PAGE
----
Indeed, the International Monetary Fund has noted that "raising private consumption over the longer term through structural reforms that lower precautionary savings would provide a large impetus to output growth and reduce the need for gaining further [international] market share. It could allow productive capacity in tradable sectors to be directed to the internal market and new capacity built in sectors that serve local consumers. As such, it would avoid the limits to over-reliance on export-oriented growth that were seen in other major exporters such as Japan and Korea".4

The Reluctant Chinese Consumer

At present, China has by far the lowest share of private consumption to GDP in Asia. Even though consumer spending is increasing, it is not growing rapidly enough. Private consumption has actually been declining as a share of GDP, from 46% in 2000 to a mere 35% in 2008.5 In 2008, China's consumption-to-GDP ratio was only half that of the United States and about two-thirds those of Europe and Japan. On the other hand, household saving rates in China have been escalating. From 1995 to 2008, the average urban household saving rate in the country increased by 11% to about 28% of disposable income.6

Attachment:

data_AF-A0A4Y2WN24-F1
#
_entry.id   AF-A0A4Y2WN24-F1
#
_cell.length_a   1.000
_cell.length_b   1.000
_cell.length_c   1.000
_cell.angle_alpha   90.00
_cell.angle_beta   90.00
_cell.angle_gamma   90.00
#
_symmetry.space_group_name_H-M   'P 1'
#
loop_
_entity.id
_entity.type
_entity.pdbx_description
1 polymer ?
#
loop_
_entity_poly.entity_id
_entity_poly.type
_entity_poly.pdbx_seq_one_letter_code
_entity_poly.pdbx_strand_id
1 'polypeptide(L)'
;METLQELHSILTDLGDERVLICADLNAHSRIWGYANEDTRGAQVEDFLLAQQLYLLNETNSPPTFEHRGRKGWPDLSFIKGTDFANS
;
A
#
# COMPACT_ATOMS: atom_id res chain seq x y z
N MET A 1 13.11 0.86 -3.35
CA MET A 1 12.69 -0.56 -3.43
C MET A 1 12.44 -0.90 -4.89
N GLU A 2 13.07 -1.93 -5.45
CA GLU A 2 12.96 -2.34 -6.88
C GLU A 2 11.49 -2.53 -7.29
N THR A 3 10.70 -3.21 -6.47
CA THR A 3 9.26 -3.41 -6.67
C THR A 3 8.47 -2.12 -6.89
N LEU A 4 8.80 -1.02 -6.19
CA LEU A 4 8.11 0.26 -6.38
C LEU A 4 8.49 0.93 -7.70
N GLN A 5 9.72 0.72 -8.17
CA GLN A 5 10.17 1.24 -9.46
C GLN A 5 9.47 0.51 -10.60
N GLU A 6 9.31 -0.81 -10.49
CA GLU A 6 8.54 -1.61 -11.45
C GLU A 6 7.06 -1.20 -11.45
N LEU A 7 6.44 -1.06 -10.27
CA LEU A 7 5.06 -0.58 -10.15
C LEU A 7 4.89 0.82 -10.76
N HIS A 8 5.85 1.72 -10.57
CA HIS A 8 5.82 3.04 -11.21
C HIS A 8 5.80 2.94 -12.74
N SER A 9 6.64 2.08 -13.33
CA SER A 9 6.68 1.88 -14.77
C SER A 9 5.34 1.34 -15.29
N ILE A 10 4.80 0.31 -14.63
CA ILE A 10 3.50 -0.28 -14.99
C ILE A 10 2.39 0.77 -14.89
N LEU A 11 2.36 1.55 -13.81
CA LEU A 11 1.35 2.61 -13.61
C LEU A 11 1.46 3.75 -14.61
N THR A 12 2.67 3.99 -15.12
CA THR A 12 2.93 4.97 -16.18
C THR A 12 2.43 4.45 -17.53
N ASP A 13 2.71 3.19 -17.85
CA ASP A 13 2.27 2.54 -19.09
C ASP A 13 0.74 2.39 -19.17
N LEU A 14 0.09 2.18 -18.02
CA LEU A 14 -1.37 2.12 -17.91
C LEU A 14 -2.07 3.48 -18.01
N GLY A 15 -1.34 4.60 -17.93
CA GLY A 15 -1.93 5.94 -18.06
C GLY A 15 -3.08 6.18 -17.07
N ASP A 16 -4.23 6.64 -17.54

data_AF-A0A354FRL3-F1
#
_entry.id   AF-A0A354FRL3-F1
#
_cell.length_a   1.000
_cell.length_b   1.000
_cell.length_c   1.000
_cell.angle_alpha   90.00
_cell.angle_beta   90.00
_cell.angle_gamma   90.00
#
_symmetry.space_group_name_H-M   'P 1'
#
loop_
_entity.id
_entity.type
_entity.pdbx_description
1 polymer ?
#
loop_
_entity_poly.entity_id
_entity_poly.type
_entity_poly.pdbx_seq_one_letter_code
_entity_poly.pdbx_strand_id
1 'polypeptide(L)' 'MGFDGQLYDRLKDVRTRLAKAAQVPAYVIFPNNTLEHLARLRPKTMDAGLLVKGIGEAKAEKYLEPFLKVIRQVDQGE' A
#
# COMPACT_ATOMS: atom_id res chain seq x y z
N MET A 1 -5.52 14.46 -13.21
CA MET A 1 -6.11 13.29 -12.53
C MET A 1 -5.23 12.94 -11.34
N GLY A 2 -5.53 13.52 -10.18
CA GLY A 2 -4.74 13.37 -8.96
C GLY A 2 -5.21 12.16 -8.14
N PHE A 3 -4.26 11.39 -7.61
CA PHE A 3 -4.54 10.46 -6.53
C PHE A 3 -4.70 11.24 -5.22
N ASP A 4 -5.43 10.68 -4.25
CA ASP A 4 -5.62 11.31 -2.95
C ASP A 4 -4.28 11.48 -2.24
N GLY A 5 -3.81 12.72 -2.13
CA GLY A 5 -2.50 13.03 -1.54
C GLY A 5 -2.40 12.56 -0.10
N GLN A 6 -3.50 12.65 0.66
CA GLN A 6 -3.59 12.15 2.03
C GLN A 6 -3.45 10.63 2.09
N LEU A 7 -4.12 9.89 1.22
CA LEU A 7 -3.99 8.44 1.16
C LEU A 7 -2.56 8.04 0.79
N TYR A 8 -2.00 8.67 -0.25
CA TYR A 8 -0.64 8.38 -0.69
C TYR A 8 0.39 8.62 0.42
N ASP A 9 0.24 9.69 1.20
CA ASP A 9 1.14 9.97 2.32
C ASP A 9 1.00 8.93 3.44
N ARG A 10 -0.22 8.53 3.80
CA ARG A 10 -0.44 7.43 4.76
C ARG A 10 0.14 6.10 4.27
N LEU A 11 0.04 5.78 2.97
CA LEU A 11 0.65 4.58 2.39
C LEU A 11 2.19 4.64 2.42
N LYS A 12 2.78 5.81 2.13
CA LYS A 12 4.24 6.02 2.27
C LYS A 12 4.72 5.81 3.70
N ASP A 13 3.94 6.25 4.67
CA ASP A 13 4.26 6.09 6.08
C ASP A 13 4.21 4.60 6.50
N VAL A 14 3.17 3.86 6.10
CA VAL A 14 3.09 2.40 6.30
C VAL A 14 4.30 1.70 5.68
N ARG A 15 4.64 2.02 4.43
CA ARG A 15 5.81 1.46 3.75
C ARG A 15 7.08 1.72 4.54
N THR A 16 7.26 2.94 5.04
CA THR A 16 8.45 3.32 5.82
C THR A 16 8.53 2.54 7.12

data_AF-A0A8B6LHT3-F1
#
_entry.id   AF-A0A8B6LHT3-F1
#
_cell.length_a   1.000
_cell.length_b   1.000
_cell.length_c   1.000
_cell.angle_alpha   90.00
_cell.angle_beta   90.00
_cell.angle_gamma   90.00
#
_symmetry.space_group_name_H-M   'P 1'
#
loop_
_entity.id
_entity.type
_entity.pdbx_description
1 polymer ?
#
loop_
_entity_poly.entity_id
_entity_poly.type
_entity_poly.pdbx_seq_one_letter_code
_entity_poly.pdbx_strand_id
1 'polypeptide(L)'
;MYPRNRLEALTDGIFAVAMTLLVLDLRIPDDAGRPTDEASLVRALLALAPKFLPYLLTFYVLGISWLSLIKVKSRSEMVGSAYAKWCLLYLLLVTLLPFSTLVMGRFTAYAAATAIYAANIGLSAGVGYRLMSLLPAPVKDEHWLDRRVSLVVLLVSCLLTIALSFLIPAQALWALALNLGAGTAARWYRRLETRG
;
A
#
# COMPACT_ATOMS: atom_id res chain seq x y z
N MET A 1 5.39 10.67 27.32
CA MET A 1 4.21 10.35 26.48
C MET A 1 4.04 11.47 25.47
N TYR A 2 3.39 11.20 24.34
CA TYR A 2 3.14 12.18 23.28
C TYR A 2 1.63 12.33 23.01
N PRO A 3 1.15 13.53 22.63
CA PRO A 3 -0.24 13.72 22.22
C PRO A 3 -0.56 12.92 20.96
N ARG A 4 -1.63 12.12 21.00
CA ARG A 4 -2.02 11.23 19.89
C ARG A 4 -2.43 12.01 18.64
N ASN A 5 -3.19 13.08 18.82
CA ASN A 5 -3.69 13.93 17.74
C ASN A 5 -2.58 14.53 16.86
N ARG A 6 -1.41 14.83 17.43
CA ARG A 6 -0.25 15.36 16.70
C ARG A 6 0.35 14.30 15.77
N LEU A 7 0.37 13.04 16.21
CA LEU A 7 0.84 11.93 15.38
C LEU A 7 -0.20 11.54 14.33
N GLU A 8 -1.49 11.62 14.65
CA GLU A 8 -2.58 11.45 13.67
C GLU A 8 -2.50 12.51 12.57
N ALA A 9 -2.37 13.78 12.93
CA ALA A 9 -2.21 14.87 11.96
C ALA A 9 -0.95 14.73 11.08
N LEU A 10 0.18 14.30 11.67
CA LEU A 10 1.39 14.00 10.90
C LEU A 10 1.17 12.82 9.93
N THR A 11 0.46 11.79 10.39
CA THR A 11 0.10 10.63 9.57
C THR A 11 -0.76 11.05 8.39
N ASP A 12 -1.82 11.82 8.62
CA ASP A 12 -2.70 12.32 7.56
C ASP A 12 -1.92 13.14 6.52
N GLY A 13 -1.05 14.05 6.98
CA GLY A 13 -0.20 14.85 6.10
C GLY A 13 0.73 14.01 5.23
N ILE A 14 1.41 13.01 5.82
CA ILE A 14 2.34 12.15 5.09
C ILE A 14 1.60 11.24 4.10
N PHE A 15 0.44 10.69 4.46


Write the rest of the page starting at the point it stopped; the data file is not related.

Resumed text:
This reluctance to spend and consume may have cultural roots. Observers such as Minister Mentor Lee Kuan Yew have pointed out that the Chinese citizenry's pro-savings mindset is "deep-seated, born of centuries of deprivation. Their experience over the millennia is that during floods, famine, pestilence, earthquakes and war, the central government will not rescue them; therefore, savings are vital to survival."7